Annual ET0, AET0, and WA were calculated in ArcGIS using raster grid data. Finally, spatial distribution of each parameter (namely, precipitation, temperature, ET0, AET0, and WA) is computed in ESRI GIS environment for both time-periods.

3.1. Potential Evapotranspiration (ET0)

The potential evapotranspiration ET0 is defined as the amount of water that would be removed from the soil by evaporation and transpiration if sufficient water were available. There are several formulas in the literature for calculating this parameter, and the most complex ones (such as, those based on the Penman approach; see [24]) require a large amount of data. In this study, we calculate the annual Potential Evapotranspiration (ET0) for each weather station by using the well-known method [25]. This approach is based on the monthly temperature data and is very reliable in climate and hydrological studies at a spatial scale [2628]. The formula is expressed as follows:where is the monthly potential evapotranspiration (mm); is the average monthly temperature (°C), and it is worth noting that in case of mean monthly temperature <0, is set equal to 0; is the heat index; is a function of the heat index; and is the latitude factor related to sunshine (Table 1).

Table 1: Sunshine parameter (expressed in units of 30 days of 12 hours).

The heat index is obtained as

The parameter is given by

3.2. Actual Evapotranspiration (AET0)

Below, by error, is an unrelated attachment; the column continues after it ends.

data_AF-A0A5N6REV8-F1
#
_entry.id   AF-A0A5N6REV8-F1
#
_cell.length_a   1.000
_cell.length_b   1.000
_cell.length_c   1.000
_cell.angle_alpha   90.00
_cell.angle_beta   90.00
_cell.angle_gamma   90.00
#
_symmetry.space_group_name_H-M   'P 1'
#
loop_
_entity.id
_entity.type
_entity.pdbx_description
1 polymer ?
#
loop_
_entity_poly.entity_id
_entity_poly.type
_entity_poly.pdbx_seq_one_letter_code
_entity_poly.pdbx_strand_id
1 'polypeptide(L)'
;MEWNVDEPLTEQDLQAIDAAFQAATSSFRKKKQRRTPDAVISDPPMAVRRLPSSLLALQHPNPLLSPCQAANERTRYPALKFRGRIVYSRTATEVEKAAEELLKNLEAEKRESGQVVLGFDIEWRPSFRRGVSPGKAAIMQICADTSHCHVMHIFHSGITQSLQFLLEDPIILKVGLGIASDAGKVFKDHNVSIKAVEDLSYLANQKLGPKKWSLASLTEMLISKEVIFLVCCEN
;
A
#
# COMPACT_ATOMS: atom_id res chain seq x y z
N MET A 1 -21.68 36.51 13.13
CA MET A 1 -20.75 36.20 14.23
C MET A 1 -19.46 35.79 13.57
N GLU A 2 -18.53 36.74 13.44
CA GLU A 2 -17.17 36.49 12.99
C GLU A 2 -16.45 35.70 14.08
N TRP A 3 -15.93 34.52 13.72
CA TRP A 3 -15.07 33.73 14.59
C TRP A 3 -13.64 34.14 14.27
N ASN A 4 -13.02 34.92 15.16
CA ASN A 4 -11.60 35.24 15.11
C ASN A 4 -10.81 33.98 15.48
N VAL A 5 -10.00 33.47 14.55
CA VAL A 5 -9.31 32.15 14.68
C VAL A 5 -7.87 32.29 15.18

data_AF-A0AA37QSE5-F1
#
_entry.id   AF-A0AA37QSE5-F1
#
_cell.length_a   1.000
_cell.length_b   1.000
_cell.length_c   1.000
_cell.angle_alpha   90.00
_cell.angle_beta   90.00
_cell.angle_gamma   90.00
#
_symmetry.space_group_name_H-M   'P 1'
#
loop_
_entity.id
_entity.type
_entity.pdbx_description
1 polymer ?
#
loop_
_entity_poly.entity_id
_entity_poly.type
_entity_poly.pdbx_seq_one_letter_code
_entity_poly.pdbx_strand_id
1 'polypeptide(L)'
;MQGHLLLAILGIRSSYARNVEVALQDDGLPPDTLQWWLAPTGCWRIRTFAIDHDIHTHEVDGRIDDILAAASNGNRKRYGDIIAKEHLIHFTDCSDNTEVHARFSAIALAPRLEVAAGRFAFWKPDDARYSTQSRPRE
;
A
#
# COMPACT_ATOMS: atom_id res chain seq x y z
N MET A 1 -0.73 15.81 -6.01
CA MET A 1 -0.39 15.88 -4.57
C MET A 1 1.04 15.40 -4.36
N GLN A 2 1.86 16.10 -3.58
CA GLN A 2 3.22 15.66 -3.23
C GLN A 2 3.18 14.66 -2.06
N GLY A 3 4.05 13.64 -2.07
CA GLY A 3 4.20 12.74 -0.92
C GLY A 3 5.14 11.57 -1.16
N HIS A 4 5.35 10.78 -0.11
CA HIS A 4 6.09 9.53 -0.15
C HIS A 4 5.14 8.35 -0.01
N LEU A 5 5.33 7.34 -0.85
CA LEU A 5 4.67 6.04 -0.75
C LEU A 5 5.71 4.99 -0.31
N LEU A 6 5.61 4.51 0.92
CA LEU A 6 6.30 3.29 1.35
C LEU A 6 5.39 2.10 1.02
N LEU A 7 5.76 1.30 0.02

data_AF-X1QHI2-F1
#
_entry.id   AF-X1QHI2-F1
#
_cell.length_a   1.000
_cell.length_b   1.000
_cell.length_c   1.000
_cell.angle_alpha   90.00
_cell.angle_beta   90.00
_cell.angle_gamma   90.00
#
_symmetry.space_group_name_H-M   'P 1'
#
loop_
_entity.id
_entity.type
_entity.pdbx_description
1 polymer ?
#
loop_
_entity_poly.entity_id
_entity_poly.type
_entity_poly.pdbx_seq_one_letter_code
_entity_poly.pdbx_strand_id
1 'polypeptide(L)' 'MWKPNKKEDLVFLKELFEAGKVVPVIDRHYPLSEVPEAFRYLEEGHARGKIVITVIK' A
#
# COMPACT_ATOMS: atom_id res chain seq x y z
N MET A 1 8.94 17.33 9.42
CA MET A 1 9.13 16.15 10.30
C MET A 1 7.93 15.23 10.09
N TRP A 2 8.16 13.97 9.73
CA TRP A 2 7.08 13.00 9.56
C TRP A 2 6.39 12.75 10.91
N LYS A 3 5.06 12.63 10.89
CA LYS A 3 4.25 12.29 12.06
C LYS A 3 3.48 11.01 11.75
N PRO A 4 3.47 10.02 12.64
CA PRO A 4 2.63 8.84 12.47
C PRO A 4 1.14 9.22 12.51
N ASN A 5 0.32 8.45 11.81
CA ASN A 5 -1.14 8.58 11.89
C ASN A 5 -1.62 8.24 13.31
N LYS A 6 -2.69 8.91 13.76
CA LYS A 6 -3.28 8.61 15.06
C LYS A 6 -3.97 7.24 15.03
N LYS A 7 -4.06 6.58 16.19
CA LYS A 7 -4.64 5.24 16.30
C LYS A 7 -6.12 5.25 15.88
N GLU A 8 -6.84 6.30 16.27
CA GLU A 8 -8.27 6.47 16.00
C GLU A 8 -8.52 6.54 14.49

Unlike ET0, AET0 is the quantity of water that is actually removed from the soil due to the processes of evaporation and transpiration. Being dependent on the soil moisture supply, AET0 is generally lower than ET0 as seldom the soil presents full and constant saturation.

In this work, we calculate the annual AET0 by following the approach proposed by Budyko [29]. This has been widely applied at regional scale to determine the final water balance of the soil by indicating whether the heat energy is sufficient to induce evaporation [30].

The method consists of two steps. Firstly, the aridity index is calculated as the ratio between ET0 and precipitation PP with a long-term period dataset:

Secondly, the annual AET0 can be obtained as a proportion of the annual precipitation aswhere AET0 is the actual land cover evapotranspiration (mm) and PP is the total annual precipitation (mm).

3.3. Water Availability (WA)

As anticipated in the Introduction section, the WA represents the precipitation quota that is available at the soil surface for subsequent infiltration and runoff after evaporation and transpiration processes. It has been used in several studies involving estimates of the potential effect of climate change (Čenčur Curk et al., 2014; [22, 28]. For each period time-series, the mean annual WA is obtained as follows:

3.4. Areal Mapping of the Climate Indices

The mean annual values of the parameters PP, TT, and ET0 from the period time-series are spatially mapped by means of the ESRI-ArcGIS (version 10.5). In detail, the spatial distributions of the parameters TT, PP, ET0, and AET0 are obtained using the Kriging Ordinary method from geostatistical analyst including the digital elevation model at 1 km2 spatial resolution. Through this method, the accuracy of the climate variables interpolation is better rather than simply spatial analysis interpolation. It consists in a statistical approach in which observed values are interpolated following both a weighted average of the neighbouring points and their overall spatial arrangement to estimate the value of an unobserved point [31]. The results are reported on a regular grid with a cell size of km2. The calculations of monthly and annual ET0, annual AET0, and WA were computed on a gridded layer using the “Raster Calculator” function in ArcGIS environment.

3.5. Mann-Kendall Test